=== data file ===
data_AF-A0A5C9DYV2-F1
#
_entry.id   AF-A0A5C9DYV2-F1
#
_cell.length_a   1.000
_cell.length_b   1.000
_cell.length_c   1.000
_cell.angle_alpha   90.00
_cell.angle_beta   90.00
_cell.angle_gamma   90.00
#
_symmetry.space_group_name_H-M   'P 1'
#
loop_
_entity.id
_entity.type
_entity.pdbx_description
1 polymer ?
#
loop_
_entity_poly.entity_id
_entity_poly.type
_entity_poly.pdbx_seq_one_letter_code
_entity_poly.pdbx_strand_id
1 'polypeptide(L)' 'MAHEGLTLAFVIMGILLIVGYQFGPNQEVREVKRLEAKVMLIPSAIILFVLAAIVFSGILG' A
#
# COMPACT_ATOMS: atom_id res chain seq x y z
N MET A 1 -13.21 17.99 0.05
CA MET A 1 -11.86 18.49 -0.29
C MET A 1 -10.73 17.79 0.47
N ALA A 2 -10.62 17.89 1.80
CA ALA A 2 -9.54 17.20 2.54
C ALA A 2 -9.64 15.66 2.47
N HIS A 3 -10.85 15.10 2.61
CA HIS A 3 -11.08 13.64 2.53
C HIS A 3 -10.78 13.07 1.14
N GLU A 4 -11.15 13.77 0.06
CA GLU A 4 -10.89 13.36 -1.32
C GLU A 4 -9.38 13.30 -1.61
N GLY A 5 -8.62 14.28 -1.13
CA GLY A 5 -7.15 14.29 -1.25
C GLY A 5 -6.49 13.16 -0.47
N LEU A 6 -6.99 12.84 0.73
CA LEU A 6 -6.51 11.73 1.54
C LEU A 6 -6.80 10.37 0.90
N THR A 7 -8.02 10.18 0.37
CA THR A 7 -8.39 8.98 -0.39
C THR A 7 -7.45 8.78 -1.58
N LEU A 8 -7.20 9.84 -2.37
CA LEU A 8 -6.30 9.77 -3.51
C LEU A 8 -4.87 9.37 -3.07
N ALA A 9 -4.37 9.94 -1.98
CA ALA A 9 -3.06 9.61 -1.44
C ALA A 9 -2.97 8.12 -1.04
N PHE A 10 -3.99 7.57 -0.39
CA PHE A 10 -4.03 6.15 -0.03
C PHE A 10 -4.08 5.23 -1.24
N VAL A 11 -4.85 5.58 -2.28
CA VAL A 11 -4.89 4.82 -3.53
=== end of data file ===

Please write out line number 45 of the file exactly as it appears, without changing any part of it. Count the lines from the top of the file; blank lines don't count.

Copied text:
C LEU A 6 -6.80 10.37 0.90